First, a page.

We pick things up with Jen after the end of Civil War II. She had been knocked into a coma during the war, and her cousin Bruce’s death served as one of the key catalysts to the whole battle. I didn’t read Civil War II myself, so I was playing a little catch up here in learning the background to the comic. You don’t need to know too much of the detail though to understand the story telling approach taken by Tamaki. Jen is dealing with a hell of a lot. Work is both uninspiring and too much at the same time and she always looks tired, finding it hard to engage with her friends. In the mean-time crime is still taking place in New York, and conspiracies as always are developing.

Art by

Art by Leon & Milla

The art is bright and simplistic throughout. I think this was done to create that artificial light feel anyone who’s working into the evening on a winter’s night in retail will know well. It slightly clashes with the mood of the comic, which in actually helps set the tone. Jen is pushing on and trying to get back to day to day life because she has to. She has to keep at it even when it’s the last thing she wants. Even so, this approach by Milla may not be for everyone. Leon did a great job in portraying Jen throughout the issue. His line work leaves her looking exhausted throughout and as if she cannot be bothered to deal with people.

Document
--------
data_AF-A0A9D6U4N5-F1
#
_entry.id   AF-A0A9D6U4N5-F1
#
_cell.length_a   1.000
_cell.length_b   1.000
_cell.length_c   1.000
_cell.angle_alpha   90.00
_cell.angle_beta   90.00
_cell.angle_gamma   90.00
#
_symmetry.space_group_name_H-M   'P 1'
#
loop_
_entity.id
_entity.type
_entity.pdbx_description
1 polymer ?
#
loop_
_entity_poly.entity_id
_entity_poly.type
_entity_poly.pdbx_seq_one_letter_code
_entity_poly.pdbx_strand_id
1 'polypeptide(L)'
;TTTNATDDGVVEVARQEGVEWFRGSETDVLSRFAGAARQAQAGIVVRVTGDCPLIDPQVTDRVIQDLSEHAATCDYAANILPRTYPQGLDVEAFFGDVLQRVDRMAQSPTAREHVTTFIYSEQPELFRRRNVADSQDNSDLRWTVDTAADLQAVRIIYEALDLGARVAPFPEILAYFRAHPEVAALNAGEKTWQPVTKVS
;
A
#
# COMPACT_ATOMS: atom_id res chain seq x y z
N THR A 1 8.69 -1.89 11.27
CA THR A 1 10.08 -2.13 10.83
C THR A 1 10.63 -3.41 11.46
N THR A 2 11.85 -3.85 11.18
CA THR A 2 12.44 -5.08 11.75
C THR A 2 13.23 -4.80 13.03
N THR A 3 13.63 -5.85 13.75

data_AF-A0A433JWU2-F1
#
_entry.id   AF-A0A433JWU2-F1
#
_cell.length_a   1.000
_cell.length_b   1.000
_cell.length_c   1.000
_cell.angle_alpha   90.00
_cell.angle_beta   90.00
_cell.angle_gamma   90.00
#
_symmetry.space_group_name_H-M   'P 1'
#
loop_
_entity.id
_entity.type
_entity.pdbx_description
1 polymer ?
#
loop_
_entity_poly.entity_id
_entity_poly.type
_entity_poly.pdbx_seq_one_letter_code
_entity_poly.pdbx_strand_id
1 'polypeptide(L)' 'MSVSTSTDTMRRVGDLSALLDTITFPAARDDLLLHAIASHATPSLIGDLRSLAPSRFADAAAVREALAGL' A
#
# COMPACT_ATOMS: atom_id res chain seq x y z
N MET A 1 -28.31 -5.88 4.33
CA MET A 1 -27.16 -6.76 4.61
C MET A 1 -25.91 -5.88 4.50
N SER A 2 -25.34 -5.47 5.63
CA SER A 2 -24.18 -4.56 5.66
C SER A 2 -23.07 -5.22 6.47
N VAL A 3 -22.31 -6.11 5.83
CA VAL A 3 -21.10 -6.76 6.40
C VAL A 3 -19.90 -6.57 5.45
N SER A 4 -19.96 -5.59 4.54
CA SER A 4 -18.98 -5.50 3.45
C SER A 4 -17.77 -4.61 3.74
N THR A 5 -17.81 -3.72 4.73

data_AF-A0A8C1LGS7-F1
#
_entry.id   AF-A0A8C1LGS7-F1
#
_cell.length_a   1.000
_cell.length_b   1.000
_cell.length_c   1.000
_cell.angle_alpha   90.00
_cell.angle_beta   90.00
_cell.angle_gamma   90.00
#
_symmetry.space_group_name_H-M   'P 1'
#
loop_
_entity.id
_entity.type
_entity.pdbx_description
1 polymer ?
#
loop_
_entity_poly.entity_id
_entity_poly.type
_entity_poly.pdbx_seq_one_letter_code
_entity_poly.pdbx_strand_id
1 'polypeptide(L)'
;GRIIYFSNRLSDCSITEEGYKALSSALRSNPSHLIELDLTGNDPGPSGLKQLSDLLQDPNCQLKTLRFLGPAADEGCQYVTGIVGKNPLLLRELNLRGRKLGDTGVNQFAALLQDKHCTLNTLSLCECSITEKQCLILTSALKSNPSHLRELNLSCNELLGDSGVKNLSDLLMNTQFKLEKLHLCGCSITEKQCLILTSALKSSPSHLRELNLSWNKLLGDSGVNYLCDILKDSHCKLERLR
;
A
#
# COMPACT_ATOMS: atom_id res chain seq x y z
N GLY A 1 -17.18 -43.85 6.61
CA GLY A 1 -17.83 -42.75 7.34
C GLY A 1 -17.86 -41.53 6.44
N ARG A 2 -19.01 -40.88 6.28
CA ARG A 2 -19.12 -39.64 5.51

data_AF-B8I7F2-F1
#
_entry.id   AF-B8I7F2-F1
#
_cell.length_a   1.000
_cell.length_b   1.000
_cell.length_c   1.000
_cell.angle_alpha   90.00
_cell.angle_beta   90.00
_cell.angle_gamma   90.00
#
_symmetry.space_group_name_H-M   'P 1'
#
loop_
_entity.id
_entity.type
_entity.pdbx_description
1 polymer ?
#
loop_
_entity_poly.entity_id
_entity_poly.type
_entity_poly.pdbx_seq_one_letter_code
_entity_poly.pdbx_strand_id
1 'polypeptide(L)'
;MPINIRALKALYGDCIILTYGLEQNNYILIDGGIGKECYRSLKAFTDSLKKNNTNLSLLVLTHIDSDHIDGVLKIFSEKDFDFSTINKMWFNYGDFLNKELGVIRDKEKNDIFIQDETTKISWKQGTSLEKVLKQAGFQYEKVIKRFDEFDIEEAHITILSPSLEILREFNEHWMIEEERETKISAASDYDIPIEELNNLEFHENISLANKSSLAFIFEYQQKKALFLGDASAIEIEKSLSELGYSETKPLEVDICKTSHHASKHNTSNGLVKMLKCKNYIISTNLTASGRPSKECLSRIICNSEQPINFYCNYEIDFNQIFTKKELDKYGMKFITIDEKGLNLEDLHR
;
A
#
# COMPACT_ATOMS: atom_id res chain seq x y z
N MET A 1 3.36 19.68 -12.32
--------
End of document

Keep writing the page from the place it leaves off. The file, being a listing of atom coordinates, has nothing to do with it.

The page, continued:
However, even a Hulk has hands. How well are they drawn this issue? This is not a combat issue at all. There’s no action to speak of and character interactions are entirely social. Hands are well used to convey emotion throughout the issue, however Leon and Milla’s art style is light on detail. Although hands are drawn well there are not many knuckles in this issue. 8/10 for hand drawing skills!

Final Verdict

I always enjoy a character exploration issue. It did take me a moment to catch up with things not having read Civil War II, however if this series continues along its initial set up we may be treated to a deeper engagement with Jen’s personality. I would like to see more Hulk myself too. For a series simply named Hulk, it was a little light on Hulk.

Score: 8.2 Hairnets out of 10